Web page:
Monday, March 21, 2016

Inviting Worms to our Classroom

As spring begins to spring, the children's fascination with the creatures that live in our yard is exploding.  One of our very favorite things to search for are worms!  These creatures can be found all around our yard, under stumps, in the dirt, and often in our hands.  To support this interest we created a worm habitat for our classroom, so that we can observe their homes more easily and to foster a deeper inquiry into the world of a worm.  
The first step was filling a large, glass cylinder with soil.  We chose some from one of our garden spaces that has yet to be planted.  As we gathered the dirt, we talked about our plan:
"We are inviting the worms to visit our classroom.  We want them to be comfortable so they want a lot of dirt.  The dirt is their home!"  With careful movements (and much concern about the glass breaking) we filled the container then set it aside.  The real work was about to begin.  We needed to gather many, many worms!  
There is a corner in the yard where we have been digging lately to see what we can find.  The frequent rain and digging has created a beautifully enticing mud pit that we have been loving.  I got out a large shovel and everyone gathered their own smaller ones.  The children naturally broke into different jobs: worm grabber, bowl holder, digger, worm spotter.  Each child has their own comfort level with getting dirty, touching worms and being in charge of holding the collecting bowls.  At first I did the heavy digging, but soon the children were interested in participating and formed digging teams.  It felt so good when it worked, and the worms were plentiful.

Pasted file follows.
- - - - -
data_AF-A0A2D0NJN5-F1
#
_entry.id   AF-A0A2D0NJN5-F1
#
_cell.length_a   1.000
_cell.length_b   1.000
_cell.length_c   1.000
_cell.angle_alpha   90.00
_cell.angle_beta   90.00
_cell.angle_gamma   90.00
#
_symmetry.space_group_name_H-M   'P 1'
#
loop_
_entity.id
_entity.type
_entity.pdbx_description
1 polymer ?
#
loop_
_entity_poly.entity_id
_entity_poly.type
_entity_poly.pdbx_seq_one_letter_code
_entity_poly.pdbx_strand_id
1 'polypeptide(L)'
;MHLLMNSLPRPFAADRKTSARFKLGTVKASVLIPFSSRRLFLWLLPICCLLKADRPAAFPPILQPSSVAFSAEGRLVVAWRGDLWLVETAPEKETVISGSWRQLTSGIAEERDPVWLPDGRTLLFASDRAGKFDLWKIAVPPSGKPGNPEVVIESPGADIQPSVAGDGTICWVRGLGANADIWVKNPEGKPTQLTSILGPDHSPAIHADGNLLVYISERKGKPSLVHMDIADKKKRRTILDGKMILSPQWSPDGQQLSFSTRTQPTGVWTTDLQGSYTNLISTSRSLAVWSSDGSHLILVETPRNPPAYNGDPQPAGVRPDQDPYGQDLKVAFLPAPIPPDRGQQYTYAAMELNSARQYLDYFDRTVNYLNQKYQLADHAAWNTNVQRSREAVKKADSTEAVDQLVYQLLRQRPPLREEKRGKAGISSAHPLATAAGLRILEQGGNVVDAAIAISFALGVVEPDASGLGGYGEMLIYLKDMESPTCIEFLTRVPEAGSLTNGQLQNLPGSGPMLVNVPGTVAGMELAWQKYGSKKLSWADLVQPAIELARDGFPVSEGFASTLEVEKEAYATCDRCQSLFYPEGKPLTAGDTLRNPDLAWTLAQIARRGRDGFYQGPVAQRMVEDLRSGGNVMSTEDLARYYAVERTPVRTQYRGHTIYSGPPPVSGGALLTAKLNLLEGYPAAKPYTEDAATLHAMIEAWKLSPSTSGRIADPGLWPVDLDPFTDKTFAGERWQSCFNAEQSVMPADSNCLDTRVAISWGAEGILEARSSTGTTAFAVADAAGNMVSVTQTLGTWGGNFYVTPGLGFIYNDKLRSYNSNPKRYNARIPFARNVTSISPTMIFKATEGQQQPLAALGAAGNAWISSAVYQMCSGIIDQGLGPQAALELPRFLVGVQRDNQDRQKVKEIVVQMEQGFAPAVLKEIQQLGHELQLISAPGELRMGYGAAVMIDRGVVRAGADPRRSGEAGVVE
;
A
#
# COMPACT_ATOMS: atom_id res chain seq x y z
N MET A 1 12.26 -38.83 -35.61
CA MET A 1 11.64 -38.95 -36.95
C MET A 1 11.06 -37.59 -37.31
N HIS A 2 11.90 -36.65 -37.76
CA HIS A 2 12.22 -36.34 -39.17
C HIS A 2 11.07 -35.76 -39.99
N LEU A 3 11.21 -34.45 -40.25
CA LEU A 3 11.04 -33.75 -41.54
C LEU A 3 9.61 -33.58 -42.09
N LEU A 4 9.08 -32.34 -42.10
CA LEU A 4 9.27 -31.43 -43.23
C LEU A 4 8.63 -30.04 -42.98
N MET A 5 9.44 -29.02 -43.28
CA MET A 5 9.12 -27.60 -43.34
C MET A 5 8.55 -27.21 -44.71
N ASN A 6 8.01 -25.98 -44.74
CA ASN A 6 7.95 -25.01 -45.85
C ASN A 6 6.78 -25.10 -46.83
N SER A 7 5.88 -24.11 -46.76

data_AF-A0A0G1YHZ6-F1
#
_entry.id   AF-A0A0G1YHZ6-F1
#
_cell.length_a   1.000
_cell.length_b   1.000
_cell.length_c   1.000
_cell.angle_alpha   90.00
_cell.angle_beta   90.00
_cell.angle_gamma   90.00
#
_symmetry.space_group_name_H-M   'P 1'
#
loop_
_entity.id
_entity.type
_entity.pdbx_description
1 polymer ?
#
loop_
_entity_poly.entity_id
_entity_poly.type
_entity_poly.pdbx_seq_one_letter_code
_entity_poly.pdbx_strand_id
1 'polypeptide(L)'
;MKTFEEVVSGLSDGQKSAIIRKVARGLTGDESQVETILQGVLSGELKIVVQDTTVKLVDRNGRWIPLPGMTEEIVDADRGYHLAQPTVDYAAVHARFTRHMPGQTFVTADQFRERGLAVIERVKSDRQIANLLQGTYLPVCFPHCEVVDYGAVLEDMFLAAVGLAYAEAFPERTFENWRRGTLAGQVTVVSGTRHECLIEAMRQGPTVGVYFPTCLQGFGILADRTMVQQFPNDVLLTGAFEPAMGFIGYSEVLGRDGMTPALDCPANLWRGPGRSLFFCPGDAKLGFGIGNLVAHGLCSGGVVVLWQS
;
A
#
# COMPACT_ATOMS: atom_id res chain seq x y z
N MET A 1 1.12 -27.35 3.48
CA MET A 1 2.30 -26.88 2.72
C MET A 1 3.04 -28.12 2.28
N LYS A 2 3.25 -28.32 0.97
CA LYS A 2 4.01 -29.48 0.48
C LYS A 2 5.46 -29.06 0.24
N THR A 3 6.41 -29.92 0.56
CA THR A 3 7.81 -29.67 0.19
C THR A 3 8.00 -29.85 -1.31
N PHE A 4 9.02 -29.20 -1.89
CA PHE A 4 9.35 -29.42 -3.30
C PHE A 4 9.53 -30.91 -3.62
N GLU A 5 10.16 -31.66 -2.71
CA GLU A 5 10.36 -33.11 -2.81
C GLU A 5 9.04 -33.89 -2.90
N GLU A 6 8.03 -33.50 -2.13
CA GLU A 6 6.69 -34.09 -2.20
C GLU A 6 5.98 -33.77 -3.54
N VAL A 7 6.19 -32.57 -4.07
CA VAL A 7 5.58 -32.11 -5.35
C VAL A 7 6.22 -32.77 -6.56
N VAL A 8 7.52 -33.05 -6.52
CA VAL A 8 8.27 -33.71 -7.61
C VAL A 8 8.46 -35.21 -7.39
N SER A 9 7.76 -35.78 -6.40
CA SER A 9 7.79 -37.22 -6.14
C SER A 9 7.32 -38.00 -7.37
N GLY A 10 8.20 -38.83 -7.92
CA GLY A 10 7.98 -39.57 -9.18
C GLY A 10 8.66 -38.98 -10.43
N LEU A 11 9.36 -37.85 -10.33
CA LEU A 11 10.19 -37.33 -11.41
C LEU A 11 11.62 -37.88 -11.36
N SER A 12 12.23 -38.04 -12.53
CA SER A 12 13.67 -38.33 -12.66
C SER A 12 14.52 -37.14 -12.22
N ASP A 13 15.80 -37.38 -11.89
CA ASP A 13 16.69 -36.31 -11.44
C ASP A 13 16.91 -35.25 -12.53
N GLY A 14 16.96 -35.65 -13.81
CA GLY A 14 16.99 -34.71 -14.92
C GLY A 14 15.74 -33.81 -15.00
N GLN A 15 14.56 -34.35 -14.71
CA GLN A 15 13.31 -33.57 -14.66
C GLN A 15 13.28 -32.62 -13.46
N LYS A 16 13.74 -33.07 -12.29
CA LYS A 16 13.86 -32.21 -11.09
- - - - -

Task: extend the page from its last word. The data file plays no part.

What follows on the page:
As we were digging, we noticed that the worms were all sorts of sizes!  Some were very small, some were bigger, but short.  We even found a huge, long worm!  After we gathered quite a few everyone paused for a moment to notice how the worms were moving: 
 scrunching up, then reaching out
pushing the dirt with their heads
trying to find a home
climbing on top of each other!
Once we were satisfied with the amount of worms collected, they were placed at the top of the container of dirt.  Everyone felt quite happy and even surprised at how quickly the worms buried themselves into the dirt.  A few wiggled close to the sides of the container, so we could see just how far they had gone.  After watching for a while, we covered the sides with black paper to mimic the darkness under the earth and brought it inside.  We are feeling excited to observe it during the week to see what the worms are up to!

1 comment:

  1. Outdoors is the perfect setting for getting knowledge. I am happy that you have decided to make a lesson in the kids’ natural habitat, if you can say so. It is a lot easier to embrace the information when you can breathe the fresh air which is beneficial for your brain. I guess the live worms were a perfect completion for your fun lesson plan. It doesn’t look like your kid are going to be needing to buy custom essays online any soon, although your followers would like to know about that option.